Here is what Mark Zuckerberg said about PM Modi in a Facebook post
Prime Minister Narendra Modi found special mention as Facebook founder and Chief Executive’s put out a post highlighting Facebook’s vision going forward.
Prime Minister Narendra Modi found special mention as Mark Zuckerberg put forth Facebook's vision for the coming years.
Talking about how citizens are engaging with their government beyond the ballot box, Zuckerberg said, "Beyond voting, the greatest opportunity is helping people stay engaged with the issues that matter to them every day, not just every few years at the ballot box. We can help establish direct dialogue and accountability between people and our elected leaders. In India, Prime Minister Modi has asked his ministers to share their meetings and information on Facebook so they can hear direct feedback from citizens."
Since taking over as prime minister, Modi has had a strong engagement with Facebook, including the hugely publicised Townhall meeting in the fall of 2015.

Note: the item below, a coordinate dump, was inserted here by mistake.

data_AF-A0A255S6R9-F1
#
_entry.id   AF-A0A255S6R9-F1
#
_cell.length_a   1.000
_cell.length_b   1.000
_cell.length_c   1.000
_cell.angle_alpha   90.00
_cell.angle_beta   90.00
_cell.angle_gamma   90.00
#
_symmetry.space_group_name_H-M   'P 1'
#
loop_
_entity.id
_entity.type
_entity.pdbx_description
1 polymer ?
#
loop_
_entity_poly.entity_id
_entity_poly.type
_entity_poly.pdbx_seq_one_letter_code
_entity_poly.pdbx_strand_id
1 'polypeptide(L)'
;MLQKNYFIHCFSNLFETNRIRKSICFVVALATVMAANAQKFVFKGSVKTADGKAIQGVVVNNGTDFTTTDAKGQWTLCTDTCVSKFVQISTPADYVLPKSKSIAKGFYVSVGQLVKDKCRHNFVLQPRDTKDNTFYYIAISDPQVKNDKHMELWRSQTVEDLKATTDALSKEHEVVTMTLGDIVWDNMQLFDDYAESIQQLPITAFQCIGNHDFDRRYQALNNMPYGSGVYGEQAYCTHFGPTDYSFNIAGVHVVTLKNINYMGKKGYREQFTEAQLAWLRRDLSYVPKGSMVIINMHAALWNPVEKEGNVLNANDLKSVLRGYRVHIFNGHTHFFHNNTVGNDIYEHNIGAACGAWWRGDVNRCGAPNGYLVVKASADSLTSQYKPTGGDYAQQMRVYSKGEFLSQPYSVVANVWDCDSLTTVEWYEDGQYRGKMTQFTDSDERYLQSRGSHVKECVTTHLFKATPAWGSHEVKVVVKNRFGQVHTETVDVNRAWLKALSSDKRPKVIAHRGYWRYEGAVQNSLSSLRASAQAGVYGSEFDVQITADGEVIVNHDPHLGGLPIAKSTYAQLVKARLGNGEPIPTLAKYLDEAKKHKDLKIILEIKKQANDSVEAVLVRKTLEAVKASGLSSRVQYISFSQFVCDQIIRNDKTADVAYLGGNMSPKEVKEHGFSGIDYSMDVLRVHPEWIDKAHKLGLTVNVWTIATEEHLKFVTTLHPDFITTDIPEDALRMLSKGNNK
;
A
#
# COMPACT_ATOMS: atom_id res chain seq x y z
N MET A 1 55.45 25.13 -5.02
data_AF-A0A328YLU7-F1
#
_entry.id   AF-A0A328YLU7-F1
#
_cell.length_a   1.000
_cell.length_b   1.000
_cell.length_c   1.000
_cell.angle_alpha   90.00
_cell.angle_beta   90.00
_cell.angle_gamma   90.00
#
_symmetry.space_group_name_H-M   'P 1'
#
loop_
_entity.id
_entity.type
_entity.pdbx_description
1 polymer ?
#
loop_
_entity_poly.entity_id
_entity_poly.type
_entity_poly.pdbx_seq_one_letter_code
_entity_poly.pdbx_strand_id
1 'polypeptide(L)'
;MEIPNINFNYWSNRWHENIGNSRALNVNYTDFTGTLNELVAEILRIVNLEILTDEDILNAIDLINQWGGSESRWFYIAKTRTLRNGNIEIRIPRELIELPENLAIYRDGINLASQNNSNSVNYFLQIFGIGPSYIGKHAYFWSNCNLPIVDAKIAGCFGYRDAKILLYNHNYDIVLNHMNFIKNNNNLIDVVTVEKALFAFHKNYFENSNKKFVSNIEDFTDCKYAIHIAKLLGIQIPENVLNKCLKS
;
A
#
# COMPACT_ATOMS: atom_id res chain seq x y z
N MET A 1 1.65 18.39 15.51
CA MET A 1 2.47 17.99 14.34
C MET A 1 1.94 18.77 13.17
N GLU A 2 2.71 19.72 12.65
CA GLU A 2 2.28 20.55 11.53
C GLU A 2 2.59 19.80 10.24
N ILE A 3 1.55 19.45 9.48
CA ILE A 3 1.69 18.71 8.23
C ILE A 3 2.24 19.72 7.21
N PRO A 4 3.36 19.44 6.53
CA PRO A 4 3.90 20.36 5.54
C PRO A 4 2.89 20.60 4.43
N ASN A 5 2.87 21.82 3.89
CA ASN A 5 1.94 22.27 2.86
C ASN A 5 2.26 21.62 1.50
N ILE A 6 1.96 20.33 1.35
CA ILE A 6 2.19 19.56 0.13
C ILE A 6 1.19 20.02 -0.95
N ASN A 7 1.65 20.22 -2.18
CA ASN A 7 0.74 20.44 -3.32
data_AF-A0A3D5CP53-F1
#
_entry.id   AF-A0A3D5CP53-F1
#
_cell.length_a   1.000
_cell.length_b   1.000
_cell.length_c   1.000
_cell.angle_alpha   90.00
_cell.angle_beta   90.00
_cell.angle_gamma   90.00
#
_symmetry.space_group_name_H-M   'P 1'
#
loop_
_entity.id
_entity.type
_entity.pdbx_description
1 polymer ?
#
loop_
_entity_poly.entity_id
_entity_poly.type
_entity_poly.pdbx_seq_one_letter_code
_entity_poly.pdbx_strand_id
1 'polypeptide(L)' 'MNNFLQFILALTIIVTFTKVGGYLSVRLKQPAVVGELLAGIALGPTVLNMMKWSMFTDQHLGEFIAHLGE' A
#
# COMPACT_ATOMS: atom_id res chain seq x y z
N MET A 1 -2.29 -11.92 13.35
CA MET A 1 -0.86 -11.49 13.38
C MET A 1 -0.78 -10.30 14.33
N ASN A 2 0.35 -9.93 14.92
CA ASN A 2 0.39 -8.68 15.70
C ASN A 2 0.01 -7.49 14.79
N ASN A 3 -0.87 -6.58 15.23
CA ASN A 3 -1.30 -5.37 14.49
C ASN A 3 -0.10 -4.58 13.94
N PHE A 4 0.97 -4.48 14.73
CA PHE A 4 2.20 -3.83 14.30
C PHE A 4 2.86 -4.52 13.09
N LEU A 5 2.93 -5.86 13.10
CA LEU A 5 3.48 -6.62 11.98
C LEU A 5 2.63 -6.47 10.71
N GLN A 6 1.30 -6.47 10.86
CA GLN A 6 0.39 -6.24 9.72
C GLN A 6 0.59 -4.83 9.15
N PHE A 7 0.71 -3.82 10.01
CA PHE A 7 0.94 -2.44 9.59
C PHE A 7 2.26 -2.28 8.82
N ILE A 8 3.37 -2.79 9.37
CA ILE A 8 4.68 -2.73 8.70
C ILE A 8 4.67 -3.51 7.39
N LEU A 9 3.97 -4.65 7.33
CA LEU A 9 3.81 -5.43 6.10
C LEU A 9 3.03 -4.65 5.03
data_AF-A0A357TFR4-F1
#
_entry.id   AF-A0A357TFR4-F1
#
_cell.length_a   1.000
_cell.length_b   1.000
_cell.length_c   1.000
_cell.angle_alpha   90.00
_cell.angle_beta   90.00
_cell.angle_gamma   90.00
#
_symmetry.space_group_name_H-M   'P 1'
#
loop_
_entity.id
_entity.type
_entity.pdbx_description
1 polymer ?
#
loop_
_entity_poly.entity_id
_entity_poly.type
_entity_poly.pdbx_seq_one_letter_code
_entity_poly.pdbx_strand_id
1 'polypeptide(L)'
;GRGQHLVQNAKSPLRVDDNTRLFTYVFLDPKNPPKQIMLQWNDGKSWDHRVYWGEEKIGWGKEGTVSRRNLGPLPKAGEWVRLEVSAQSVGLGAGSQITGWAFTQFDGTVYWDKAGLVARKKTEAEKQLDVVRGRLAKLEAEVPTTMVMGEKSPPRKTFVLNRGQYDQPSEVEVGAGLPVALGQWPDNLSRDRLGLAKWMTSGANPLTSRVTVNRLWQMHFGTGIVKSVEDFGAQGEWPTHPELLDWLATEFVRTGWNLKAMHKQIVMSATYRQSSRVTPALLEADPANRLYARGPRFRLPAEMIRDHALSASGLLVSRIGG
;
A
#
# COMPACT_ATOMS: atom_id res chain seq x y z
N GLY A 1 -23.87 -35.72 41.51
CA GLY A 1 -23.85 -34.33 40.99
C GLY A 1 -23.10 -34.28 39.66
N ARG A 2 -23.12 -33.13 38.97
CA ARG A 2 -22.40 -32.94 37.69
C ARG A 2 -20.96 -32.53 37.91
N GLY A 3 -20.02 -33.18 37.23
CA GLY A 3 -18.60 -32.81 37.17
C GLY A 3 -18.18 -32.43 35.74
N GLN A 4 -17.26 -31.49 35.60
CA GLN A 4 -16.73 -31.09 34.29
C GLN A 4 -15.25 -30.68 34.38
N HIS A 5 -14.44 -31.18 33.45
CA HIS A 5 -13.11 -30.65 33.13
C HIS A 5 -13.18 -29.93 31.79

The statement also added that in Kenya, whole villages are using WhatsApp, Facebook-owned messaging service, to communicate with each other and their representatives.
The social media czar was also quick to point out the power of a strong Facebook presence in winning elections around the world, something that India has been witness to since the run-up to the general elections of 2014. " In recent campaigns around the world -- from India and Indonesia across Europe to the United States -- we've seen the candidate with the largest and most engaged following on Facebook usually wins. Just as TV became the primary medium for civic communication in the 1960s, social media is becoming this in the 21st century," Zuckerberg said.
The Facebook CEO said progress now requires "humanity coming together not just as cities or nations, but also as a global community." He offered Facebook to bring people closer and together.
"When we began, this idea was not controversial. Yet now, across the world there are people left behind by globalization, and movements for withdrawing from global connection."